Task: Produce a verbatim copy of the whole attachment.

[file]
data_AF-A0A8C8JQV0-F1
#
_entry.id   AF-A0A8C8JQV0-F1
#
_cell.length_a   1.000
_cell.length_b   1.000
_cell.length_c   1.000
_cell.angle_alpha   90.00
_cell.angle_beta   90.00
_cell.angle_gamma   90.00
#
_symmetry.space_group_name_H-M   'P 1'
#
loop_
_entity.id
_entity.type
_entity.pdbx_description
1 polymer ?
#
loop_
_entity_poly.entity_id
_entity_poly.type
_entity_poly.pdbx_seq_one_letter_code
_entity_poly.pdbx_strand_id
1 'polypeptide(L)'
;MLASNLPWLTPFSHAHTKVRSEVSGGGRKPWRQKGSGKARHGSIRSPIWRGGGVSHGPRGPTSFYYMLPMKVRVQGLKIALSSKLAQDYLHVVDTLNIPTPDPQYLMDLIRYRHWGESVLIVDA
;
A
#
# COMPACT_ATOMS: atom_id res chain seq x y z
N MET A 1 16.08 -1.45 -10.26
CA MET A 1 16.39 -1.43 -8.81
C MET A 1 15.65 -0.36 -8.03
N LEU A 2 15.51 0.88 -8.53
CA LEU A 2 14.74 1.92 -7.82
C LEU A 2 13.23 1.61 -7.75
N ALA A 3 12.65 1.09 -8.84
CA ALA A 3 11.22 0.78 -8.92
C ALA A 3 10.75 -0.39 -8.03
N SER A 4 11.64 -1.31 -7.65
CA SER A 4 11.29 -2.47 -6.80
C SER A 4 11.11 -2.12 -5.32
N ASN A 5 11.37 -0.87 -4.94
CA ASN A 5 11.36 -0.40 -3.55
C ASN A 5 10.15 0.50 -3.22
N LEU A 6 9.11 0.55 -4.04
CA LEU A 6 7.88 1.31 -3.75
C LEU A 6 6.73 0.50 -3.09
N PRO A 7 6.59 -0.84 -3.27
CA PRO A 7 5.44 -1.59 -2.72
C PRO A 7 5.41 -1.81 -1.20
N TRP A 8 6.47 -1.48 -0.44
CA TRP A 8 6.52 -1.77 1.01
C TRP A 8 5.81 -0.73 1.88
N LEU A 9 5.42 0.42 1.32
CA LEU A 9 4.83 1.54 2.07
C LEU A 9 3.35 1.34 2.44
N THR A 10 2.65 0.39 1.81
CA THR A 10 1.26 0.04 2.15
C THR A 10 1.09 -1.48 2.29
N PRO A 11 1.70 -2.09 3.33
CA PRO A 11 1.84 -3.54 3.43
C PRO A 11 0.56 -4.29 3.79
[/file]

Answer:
data_AF-A0A8C8JQV0-F1
#
_entry.id   AF-A0A8C8JQV0-F1
#
_cell.length_a   1.000
_cell.length_b   1.000
_cell.length_c   1.000
_cell.angle_alpha   90.00
_cell.angle_beta   90.00
_cell.angle_gamma   90.00
#
_symmetry.space_group_name_H-M   'P 1'
#
loop_
_entity.id
_entity.type
_entity.pdbx_description
1 polymer ?
#
loop_
_entity_poly.entity_id
_entity_poly.type
_entity_poly.pdbx_seq_one_letter_code
_entity_poly.pdbx_strand_id
1 'polypeptide(L)'
;MLASNLPWLTPFSHAHTKVRSEVSGGGRKPWRQKGSGKARHGSIRSPIWRGGGVSHGPRGPTSFYYMLPMKVRVQGLKIALSSKLAQDYLHVVDTLNIPTPDPQYLMDLIRYRHWGESVLIVDA
;
A
#
# COMPACT_ATOMS: atom_id res chain seq x y z
N MET A 1 16.08 -1.45 -10.26
CA MET A 1 16.39 -1.43 -8.81
C MET A 1 15.65 -0.36 -8.03
N LEU A 2 15.51 0.88 -8.53
CA LEU A 2 14.74 1.92 -7.82
C LEU A 2 13.23 1.61 -7.75
N ALA A 3 12.65 1.09 -8.84
CA ALA A 3 11.22 0.78 -8.92
C ALA A 3 10.75 -0.39 -8.03
N SER A 4 11.64 -1.31 -7.65
CA SER A 4 11.29 -2.47 -6.80
C SER A 4 11.11 -2.12 -5.32
N ASN A 5 11.37 -0.87 -4.94
CA ASN A 5 11.36 -0.40 -3.55
C ASN A 5 10.15 0.50 -3.22
N LEU A 6 9.11 0.55 -4.04
CA LEU A 6 7.88 1.31 -3.75
C LEU A 6 6.73 0.50 -3.09
N PRO A 7 6.59 -0.84 -3.27
CA PRO A 7 5.44 -1.59 -2.72
C PRO A 7 5.41 -1.81 -1.20
N TRP A 8 6.47 -1.48 -0.44
CA TRP A 8 6.52 -1.77 1.01
C TRP A 8 5.81 -0.73 1.88
N LEU A 9 5.42 0.42 1.32
CA LEU A 9 4.83 1.54 2.07
C LEU A 9 3.35 1.34 2.44
N THR A 10 2.65 0.39 1.81
CA THR A 10 1.26 0.04 2.15
C THR A 10 1.09 -1.48 2.29
N PRO A 11 1.70 -2.09 3.33
CA PRO A 11 1.84 -3.54 3.43
C PRO A 11 0.56 -4.29 3.79